By Lt. Col. David Benson
325th Weapons Squadron
"We are what we repeatedly do. Excellence, then, is not an act, but a habit."-Aristole
Ever walk by a piece of trash on the floor? Did you pick it up? What if it was closer to someone elseís desk? Would you pick it up then? All too often we walk by trash or other problems, thinking it was someone elseís responsibility. But itís yours.
As servicemembers our lives are dedicated to sacrificing for others. But far too often this service stops when the deployment is done, the mission is complete, or you take off your uniform. I had the extreme privilege to watch a general combatant commander walk into Koki Village, Papua New Guinea. One of the poorest places in Papua New Guinea, featured homes made of sheets of steel held together with old posters. Often 12 people would live in a 12x12 shack. Why would a 4-star visit here? Koki Village isnít in a war zone, why is it so important? After watching for several minutes and thinking, I began to figure it out. Why do I serve? Is it to kill the enemy? If needed. But service is much more than that. It is about a higher calling than just ourselves. It is about serving others and making the world a better place for all.
As a servicemember you have the duty to set the example of service and sacrifice. I know most of you canít visit Koki Village, but there are opportunities all around. When was the last time you visited the child development center to read, or built a home with Habitat for Humanity of Sedalia, or visited the Veterans Home in Warrensburg, or spoke to a local organization in Knob Noster. Such community service provides an excellent opportunity to do something as a unit, build camaraderie, and learn something about your coworker, supervisor or subordinate in a social environment. It also allows an informal setting for discussions and mentoring, and provides an important opportunity to interact with the local community.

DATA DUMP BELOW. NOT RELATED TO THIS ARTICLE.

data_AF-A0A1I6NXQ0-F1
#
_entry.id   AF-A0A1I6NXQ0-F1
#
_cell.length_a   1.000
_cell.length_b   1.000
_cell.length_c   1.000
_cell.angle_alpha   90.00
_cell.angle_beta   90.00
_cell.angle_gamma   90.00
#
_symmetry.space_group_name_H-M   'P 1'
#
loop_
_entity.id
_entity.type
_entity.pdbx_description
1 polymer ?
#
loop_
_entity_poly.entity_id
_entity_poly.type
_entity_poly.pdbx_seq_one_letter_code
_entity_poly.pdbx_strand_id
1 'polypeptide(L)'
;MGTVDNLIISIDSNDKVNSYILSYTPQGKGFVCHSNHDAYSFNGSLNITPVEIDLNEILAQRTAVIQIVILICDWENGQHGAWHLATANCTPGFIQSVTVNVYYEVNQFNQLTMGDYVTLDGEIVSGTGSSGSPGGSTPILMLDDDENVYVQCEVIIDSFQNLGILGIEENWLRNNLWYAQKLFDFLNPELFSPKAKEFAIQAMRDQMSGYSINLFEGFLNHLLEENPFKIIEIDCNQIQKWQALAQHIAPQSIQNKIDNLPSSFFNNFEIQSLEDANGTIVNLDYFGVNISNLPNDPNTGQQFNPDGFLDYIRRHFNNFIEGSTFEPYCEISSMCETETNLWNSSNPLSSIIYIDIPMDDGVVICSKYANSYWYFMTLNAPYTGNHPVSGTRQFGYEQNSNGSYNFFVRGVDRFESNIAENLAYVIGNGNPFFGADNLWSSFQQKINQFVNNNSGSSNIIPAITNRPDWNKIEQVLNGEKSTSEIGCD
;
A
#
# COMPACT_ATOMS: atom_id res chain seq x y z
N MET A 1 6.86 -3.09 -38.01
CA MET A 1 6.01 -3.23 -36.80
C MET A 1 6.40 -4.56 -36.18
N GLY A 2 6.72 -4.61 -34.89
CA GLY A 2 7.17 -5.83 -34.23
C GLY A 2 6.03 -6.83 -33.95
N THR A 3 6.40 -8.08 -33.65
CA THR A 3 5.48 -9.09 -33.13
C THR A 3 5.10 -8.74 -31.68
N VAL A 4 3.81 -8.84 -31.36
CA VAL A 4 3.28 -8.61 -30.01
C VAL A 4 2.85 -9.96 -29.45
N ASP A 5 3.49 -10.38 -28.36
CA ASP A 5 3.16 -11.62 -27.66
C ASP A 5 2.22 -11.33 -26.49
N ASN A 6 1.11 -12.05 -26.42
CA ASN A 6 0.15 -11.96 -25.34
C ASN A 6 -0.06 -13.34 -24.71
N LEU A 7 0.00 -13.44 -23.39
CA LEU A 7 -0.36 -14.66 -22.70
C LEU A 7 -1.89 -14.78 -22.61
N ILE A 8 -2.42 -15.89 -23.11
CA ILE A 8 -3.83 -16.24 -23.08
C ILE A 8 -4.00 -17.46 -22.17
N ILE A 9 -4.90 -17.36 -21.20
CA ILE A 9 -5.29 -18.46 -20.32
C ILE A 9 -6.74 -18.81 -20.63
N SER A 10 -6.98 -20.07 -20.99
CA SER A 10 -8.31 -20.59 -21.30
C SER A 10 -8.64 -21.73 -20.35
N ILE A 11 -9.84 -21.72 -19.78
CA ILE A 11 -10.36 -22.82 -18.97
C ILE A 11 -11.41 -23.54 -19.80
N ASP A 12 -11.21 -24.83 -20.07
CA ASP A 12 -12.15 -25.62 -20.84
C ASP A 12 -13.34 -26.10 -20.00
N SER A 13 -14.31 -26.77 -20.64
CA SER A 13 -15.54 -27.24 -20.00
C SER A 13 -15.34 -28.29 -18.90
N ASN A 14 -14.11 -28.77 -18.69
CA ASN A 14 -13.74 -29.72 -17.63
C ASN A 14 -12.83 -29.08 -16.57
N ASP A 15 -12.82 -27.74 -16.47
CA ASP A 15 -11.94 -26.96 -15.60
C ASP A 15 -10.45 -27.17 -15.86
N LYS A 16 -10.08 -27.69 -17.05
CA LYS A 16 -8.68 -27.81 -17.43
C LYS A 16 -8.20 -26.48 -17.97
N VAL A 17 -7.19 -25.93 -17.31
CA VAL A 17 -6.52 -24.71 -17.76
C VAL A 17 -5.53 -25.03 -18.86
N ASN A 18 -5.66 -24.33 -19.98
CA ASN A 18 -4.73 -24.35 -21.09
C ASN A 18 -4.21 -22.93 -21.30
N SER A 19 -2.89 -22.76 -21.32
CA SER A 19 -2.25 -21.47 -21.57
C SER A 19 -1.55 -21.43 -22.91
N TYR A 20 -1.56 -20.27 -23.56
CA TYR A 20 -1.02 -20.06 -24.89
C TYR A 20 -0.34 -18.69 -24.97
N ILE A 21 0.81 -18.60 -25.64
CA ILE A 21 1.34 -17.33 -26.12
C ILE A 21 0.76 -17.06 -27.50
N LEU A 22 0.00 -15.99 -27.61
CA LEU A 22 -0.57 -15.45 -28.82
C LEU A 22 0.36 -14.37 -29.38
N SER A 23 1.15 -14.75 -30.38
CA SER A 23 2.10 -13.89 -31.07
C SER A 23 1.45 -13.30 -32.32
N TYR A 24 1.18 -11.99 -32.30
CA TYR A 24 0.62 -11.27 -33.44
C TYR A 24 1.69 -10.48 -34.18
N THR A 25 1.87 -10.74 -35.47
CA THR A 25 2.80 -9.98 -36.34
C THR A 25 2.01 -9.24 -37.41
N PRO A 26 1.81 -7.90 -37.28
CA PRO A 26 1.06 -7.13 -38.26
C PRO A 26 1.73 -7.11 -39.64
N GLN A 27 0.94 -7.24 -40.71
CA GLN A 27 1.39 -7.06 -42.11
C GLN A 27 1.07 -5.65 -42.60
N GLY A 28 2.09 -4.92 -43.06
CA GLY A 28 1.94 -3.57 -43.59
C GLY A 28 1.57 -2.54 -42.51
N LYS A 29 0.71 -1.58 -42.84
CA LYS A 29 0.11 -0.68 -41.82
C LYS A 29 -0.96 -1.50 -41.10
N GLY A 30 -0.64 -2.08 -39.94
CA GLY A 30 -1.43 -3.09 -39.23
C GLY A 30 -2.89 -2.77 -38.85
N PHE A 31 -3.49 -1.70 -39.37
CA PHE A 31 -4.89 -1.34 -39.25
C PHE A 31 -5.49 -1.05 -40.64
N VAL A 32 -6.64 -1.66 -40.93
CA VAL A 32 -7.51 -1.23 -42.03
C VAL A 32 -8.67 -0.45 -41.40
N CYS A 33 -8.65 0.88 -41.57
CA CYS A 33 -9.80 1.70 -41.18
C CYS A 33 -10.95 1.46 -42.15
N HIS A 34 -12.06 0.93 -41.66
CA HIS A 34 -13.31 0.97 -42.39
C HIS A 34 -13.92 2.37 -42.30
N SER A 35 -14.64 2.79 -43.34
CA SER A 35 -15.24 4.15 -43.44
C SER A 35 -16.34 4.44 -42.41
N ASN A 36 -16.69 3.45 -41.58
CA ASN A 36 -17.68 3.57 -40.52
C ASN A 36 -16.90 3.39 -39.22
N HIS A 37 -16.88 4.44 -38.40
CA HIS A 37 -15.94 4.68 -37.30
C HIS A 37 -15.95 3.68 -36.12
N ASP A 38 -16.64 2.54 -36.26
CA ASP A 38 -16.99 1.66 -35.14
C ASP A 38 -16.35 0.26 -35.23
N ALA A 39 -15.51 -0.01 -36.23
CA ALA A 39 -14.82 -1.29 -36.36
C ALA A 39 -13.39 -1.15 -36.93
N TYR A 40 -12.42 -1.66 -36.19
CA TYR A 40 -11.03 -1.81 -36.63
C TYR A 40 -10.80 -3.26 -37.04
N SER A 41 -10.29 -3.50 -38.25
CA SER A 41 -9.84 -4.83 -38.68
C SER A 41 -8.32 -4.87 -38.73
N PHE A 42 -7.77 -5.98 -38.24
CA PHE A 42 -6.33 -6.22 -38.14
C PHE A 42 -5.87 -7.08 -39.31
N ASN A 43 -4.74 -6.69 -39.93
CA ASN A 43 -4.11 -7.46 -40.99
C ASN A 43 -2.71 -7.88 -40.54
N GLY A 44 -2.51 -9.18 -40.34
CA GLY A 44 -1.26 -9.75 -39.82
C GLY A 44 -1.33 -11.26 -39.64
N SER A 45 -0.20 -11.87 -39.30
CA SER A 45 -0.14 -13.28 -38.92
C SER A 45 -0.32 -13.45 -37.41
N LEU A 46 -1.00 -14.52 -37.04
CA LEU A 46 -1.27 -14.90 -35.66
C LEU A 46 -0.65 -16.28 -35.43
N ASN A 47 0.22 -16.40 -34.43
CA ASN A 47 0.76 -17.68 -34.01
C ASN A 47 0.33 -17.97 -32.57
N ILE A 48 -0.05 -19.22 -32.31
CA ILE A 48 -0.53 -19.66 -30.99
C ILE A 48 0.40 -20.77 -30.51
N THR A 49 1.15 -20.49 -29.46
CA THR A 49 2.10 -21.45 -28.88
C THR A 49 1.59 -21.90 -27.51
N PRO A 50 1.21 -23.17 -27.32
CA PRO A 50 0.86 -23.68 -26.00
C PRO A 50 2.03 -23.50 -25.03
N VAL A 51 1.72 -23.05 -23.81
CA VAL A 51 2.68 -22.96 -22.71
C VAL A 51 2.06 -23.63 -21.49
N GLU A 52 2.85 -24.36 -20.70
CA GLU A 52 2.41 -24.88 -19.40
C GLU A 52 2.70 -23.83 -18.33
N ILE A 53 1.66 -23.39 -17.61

Service to others also applies on duty. As an Airman, you have a responsibility to help not only yourself to succeed, but more importantly your subordinates, coworkers, supervisors, and unit. This could include something as trivial as picking up a piece of trash or, as a leader, something as important as mentoring. As a leader you need to take the time to get to know your people; who they are off duty, what motivates them, their goals. You need to take this information and, together, develop and execute a plan to help them succeed personally and professionally. This is not always an easy task, but in doing so it lifts your personnel and unit to a higher level.
Selfless service provides a personal satisfaction that fosters and reinforces the principle to all involved. It is contagious and creates an attitude and atmosphere of sacrifice not only on, but off duty that makes us all better Airmen, spouses, parents and Americans. So the next time you walk by a piece of trash on the floor, donít just walk by. It doesnít matter who it belongs to. All that matters is that it goes in the waste basket. In doing so, you start to create a habit of selfless service that could significantly improve yourself as a person and a leader.